The Muslim Brotherhood is organizing itself and holding internal elections. This either means they are gaining clarity and focus or they will splinter. Waiting to be seen. The vast majority of the people are still firmly if confusedly cohabitating the political center. There are no less than 30 political parties now. The people still want unity; most push for a democratic Egypt but many cannot fully understand what exactly they want. It is all new and there is no precedent to follow. All they recognize as familiar are the emotions—fear, anger, pride, revenge, unity, nationalism, hope, suspicion, disappointment, grief, joy, faith … trust and distrust, love and hate. “Each political group or party has a certain viewpoint on Egypt’s problems, but the whole Egyptian population will decide who they will trust to manage their affairs,” Erian of the Muslim Brotherhood said.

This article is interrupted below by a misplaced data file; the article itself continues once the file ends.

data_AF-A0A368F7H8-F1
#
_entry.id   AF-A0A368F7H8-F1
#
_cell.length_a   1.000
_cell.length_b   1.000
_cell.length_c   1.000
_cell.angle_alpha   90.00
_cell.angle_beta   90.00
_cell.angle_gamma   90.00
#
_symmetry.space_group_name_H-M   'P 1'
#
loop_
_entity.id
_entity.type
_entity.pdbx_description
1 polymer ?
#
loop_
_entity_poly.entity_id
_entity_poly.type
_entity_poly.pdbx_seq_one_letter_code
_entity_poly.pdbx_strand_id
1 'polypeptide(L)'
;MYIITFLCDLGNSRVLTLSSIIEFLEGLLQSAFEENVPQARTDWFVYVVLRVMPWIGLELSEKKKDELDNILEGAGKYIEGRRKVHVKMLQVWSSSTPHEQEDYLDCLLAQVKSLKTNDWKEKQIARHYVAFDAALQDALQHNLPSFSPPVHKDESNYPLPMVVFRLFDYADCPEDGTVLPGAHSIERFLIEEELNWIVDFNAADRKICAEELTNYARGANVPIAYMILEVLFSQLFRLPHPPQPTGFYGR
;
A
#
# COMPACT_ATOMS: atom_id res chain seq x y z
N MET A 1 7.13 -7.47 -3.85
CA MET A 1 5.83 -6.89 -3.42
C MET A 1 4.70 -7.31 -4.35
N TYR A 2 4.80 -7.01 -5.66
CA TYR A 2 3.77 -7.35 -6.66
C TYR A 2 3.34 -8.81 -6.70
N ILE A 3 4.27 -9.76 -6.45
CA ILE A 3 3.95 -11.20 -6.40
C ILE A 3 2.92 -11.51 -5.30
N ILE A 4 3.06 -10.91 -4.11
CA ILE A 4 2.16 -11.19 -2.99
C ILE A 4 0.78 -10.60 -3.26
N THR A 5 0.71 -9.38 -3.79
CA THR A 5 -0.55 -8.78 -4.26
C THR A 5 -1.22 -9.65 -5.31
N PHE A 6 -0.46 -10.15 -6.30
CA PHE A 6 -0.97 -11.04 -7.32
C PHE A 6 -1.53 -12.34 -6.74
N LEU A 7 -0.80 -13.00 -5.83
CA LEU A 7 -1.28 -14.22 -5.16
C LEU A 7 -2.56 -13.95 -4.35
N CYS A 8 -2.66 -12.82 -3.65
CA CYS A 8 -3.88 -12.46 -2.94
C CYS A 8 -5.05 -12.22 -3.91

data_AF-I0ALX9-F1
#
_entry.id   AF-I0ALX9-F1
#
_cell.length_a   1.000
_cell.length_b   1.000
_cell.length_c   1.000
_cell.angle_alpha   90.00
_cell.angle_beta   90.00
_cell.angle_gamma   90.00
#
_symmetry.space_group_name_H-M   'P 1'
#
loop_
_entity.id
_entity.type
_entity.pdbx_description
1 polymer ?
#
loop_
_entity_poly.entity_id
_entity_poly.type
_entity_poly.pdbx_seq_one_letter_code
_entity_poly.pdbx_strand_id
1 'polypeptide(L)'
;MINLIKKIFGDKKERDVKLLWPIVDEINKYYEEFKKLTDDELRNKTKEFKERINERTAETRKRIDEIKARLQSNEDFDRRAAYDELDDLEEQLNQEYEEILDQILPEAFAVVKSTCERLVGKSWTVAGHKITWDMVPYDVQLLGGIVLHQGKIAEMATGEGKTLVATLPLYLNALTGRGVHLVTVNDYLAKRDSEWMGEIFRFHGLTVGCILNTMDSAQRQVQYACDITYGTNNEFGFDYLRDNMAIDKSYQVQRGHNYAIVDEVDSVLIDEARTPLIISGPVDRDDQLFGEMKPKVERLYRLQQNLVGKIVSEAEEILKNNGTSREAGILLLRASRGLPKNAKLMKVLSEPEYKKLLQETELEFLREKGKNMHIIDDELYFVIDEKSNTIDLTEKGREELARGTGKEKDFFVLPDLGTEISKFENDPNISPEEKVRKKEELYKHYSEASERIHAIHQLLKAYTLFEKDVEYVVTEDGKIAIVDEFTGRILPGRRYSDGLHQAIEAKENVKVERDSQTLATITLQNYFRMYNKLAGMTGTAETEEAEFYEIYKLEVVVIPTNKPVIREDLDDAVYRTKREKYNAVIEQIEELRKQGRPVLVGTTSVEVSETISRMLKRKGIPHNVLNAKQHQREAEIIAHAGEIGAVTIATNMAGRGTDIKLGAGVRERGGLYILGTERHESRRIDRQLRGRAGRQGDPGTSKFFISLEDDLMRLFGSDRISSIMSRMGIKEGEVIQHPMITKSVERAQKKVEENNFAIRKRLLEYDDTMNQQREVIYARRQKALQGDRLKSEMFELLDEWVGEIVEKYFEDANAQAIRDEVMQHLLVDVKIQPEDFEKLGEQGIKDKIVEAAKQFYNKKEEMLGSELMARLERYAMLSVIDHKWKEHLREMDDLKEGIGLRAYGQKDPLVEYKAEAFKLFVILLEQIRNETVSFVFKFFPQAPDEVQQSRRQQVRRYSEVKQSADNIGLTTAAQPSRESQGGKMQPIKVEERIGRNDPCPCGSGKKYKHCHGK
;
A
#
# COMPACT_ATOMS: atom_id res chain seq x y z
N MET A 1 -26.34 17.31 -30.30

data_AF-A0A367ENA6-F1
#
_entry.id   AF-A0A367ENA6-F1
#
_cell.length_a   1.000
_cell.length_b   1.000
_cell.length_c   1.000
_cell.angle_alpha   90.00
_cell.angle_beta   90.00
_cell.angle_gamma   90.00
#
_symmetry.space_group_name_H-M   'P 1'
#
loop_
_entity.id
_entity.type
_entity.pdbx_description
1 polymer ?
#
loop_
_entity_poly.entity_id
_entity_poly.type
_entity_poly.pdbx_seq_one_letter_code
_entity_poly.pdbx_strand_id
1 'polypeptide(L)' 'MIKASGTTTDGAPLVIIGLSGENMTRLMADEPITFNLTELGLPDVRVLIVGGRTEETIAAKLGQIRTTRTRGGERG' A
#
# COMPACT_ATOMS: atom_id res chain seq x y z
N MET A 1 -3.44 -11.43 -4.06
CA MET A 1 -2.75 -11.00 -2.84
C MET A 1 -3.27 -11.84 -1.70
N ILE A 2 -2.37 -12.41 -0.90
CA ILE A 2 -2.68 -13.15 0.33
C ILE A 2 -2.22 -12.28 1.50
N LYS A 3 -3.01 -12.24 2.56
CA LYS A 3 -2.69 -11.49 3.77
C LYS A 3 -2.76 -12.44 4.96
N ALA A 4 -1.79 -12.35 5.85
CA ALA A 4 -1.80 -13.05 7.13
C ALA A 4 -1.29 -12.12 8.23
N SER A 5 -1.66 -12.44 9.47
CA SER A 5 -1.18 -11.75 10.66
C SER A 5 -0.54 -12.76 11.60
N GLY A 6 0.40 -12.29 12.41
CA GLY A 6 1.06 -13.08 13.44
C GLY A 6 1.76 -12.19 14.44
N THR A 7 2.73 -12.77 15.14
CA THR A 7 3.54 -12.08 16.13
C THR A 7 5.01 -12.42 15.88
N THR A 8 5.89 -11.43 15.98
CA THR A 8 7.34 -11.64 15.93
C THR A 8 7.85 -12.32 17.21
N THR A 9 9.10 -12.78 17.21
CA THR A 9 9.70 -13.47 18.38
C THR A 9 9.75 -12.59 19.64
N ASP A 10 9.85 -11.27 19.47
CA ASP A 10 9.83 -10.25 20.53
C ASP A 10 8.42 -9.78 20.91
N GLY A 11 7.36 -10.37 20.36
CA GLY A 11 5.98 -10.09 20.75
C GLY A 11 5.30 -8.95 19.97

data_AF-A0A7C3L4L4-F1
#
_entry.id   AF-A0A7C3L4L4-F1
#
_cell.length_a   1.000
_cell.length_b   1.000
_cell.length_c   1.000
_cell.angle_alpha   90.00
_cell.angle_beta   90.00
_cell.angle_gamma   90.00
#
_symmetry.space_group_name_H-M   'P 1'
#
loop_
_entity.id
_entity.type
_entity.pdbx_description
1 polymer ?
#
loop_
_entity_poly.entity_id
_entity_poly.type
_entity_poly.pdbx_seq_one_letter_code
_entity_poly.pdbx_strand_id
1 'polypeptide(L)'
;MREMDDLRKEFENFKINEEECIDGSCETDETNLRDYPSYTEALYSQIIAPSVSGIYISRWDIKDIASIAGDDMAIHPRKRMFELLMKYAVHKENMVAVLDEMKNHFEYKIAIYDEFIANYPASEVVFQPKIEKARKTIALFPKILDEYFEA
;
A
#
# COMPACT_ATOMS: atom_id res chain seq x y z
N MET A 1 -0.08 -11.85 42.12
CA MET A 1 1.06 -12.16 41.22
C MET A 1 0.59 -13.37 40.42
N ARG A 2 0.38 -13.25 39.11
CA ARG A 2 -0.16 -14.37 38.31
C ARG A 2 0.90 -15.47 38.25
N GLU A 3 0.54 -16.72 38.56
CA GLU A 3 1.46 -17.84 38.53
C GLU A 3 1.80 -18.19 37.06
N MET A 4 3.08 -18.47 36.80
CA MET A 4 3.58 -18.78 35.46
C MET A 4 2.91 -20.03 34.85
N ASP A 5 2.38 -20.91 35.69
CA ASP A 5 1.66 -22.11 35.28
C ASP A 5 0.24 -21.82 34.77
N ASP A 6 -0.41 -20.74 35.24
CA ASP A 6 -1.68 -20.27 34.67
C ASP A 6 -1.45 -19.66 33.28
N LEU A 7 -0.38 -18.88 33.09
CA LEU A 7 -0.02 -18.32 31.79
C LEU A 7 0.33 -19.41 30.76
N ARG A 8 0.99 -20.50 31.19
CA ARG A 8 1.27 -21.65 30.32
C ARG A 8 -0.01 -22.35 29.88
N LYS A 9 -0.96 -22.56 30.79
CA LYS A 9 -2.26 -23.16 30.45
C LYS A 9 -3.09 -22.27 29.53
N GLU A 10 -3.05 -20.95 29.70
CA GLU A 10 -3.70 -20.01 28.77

Incidentally, Egyptian intelligence chief Mourad Mowafy met Friday with U.S. Secretary of State Hillary Clinton in Washington, D.C., to talk about regional issues and the process of democratic development in Egypt, according to U.S State Department spokesperson Mark Tone.
I have been out of Egypt again, in the USA, and observing Ramadan here has been a challenge, but it’s been interesting getting to know a broader Egyptian- and Muslim-American community and their perspectives. Stopping in France on Wednesday, and I am returning for the big iftar on Friday, inshalla, and to watch the real beginning of the trial of Mubarak.